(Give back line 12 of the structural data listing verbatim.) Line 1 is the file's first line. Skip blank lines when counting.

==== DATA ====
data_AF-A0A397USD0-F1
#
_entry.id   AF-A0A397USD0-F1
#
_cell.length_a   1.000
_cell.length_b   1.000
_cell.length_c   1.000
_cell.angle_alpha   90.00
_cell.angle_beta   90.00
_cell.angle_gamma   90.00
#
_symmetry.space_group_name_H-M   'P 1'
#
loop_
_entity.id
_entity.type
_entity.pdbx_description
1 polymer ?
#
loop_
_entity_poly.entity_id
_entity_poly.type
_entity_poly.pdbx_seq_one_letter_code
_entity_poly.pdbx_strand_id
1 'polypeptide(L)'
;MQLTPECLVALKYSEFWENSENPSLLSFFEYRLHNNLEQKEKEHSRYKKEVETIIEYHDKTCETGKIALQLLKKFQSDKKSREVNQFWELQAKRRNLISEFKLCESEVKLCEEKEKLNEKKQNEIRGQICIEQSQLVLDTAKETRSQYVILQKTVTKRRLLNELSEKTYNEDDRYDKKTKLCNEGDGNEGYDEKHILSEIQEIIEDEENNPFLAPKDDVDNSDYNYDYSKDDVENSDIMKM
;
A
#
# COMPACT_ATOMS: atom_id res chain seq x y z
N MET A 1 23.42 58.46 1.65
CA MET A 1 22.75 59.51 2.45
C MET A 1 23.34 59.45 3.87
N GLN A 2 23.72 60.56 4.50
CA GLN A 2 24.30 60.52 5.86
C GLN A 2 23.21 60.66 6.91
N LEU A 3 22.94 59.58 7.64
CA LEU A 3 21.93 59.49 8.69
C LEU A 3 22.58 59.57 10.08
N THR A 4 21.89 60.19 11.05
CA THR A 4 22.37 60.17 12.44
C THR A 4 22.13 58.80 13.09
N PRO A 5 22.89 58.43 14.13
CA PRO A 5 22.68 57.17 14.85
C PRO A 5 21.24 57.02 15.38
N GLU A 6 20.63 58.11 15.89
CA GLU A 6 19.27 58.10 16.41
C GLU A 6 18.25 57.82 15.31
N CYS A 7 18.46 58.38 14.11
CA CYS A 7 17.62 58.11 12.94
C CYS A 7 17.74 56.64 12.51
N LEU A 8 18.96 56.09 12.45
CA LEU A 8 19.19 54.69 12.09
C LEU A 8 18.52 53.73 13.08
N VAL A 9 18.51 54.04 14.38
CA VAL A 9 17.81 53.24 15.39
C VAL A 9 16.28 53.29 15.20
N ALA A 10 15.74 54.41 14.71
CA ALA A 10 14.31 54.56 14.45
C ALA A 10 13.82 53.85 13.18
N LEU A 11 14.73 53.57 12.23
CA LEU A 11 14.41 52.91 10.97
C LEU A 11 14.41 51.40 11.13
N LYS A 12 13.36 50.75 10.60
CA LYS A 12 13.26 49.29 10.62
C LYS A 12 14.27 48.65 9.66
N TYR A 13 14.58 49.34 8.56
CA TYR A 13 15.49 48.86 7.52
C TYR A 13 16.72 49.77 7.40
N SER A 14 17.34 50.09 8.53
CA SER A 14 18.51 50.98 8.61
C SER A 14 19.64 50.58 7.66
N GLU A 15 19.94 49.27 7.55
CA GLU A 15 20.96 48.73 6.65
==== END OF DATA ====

_symmetry.space_group_name_H-M   'P 1'